The junior NATO members were particularly traumatized by the President’s erratic behavior, while the older continental members, such as France and Germany, were cautious but also shrewd in their reactions. They are exploiting the American debacle to demand greater European security autonomy and a more equal partnership with the United States.

They also took a more nuanced and less dramatic view of the challenges posed by Russia and China than did the Biden administration. They prefer to avoid Cold War rhetoric and focus on engagement rather than confrontation with Russia and Beijing.

And they are right.

Russia, as former President Barack Obama once said, is today only a “regional power” whose bellicose actions are the expression of weakness rather than strength.

It is better to contain Russia through political and economic engagement than to alienate it through strategic confrontation.

And while rising China presents a whole new geopolitical puzzle, it is not the Soviet Union.

Despite its enormous economic power and its strategic ambition, it does not espouse any alternative vision of the world. And since joining the World Trade Organization in 2001, Beijing has integrated its economy into the Western-led global economic system and enjoys a tremendous boon from its trade with the West.

Europeans see China as an economic competitor or at worst a rival, and are content with a multipolar world. But Washington looks at China from a different perspective. He believes that China is determined to become an Asian hegemony and insists on containing its rise before becoming the world’s leading power. America wants to remain the undisputed superpower of the world.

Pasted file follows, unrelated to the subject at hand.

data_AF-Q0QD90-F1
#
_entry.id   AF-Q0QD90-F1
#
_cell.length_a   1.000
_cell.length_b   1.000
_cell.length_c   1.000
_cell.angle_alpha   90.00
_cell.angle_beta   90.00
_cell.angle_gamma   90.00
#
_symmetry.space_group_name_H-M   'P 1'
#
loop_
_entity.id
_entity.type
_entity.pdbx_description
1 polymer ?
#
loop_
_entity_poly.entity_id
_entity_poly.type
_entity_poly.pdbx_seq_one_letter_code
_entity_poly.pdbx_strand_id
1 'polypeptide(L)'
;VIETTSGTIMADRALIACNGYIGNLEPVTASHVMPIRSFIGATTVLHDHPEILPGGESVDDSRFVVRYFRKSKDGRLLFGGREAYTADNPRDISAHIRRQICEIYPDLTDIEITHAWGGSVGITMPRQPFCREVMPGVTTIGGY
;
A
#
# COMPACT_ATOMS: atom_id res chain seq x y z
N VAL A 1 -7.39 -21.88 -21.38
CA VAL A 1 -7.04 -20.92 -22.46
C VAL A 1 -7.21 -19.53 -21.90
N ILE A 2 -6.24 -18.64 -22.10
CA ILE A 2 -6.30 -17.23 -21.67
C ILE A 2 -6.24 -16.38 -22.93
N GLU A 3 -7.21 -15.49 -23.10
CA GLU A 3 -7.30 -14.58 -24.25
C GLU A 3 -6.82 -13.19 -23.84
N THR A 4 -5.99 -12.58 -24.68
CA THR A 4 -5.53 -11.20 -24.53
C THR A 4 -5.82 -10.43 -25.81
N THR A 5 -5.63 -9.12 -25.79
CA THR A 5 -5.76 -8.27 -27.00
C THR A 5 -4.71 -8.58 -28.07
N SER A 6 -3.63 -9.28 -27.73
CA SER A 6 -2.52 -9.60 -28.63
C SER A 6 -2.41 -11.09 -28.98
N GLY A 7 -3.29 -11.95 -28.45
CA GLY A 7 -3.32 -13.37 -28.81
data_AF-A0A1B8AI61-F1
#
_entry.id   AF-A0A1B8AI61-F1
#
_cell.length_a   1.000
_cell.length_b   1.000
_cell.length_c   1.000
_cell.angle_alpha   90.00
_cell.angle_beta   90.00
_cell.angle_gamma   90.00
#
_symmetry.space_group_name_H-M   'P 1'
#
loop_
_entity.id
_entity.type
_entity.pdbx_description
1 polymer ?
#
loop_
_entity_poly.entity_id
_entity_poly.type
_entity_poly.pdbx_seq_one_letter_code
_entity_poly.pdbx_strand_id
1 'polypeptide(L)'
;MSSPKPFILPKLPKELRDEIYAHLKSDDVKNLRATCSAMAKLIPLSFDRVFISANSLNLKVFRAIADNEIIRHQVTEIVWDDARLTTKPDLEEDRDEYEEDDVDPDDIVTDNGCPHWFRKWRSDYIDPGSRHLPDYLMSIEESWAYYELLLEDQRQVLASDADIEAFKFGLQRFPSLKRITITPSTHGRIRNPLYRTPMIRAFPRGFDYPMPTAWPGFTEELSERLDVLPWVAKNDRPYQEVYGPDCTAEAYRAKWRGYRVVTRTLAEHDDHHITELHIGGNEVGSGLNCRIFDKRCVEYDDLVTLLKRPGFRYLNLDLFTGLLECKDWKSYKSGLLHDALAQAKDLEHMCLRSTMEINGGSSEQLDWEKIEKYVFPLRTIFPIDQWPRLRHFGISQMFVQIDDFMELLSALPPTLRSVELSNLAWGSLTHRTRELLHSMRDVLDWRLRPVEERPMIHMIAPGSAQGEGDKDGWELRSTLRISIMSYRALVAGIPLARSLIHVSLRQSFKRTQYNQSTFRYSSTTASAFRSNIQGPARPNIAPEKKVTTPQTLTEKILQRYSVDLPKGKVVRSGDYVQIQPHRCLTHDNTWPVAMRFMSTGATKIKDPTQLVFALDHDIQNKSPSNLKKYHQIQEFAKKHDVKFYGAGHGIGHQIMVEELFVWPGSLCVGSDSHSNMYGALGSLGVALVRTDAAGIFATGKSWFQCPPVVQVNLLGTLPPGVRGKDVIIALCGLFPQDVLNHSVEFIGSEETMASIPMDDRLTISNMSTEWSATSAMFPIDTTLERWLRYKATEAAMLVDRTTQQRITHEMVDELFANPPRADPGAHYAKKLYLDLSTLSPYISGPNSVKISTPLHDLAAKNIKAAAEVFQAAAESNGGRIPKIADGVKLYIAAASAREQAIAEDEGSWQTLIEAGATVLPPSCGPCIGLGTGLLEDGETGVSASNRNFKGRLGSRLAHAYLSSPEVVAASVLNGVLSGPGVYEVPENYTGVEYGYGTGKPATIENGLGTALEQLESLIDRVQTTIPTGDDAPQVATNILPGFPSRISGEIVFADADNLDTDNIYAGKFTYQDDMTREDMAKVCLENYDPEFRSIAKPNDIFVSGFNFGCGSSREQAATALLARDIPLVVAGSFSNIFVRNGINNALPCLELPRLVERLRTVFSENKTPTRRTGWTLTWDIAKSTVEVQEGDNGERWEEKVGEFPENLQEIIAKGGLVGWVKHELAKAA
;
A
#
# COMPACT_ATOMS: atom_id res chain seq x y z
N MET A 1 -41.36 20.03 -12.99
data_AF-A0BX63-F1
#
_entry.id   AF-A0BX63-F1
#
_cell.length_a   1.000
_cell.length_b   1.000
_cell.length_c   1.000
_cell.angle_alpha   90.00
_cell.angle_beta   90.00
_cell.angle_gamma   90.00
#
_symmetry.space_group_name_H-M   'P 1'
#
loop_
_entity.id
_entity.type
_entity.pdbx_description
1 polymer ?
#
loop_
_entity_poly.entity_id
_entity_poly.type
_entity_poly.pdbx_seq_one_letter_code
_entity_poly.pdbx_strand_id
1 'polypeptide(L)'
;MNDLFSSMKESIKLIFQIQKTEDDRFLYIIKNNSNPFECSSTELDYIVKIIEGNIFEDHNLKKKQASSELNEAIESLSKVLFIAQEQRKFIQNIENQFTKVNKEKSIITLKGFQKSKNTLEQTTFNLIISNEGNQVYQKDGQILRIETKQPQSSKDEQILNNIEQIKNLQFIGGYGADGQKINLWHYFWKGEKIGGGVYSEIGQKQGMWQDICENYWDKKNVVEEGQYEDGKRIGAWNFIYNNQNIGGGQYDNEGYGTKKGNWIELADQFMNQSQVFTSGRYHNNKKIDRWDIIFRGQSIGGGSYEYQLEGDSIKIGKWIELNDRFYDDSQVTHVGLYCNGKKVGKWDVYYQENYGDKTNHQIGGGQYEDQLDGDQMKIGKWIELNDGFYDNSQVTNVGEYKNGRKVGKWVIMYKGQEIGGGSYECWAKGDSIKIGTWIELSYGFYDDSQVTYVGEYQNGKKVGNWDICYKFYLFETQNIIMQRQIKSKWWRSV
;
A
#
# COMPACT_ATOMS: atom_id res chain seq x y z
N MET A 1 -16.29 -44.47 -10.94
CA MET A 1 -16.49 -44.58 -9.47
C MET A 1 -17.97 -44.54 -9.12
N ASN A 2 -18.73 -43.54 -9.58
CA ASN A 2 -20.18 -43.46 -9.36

This means that the Biden administration will have to charm and intimidate its divided but prosperous European partners into supporting it.

In fact, some of the pressure is already paying off as Europeans increasingly distance themselves from China, especially in the areas of technology and investment, and the UK has demonstratively deployed an aircraft carrier in the South China Sea.

From a practical point of view, NATO will sooner or later attempt to adopt a new strategic assessment along the lines of its 2010 strategic assessment, but which will place more emphasis on political cohesion and coordination. The Europeans will demand greater parity and pressure Washington to act less unilaterally as it did under Trump or when the Biden administration decided to pull out of Afghanistan with virtually no real consultation until at the last minute.

For its part, Washington will continue to insist, as it has done in recent decades, that Europe pay to have more of its say in NATO and to show greater commitment to their security. collective. It could also bring the Asian powers, Japan and South Korea, to the fore under the pretext of “defending democracy” in East Asia.

Easier said than done? Perhaps.

But the biggest challenge lies in defining NATO’s new role and mission in light of Washington’s insistence on using the alliance to do what it needs to do to maintain global supremacy in the world. America, which will certainly lead to a new cold war with China.

Biden wants to use the NATO meeting to rally the alliance behind America ahead of his June 16 summit with Russian President Vladimir Putin, knowing all too well that China is watching closely.

Lobbying to further expand the alliance in Ukraine and Georgia or to expand its force projection in the future will certainly provoke both Moscow and Beijing and bring them closer, with serious ramifications for global security.

Biden should be careful what he wishes; it can just come true.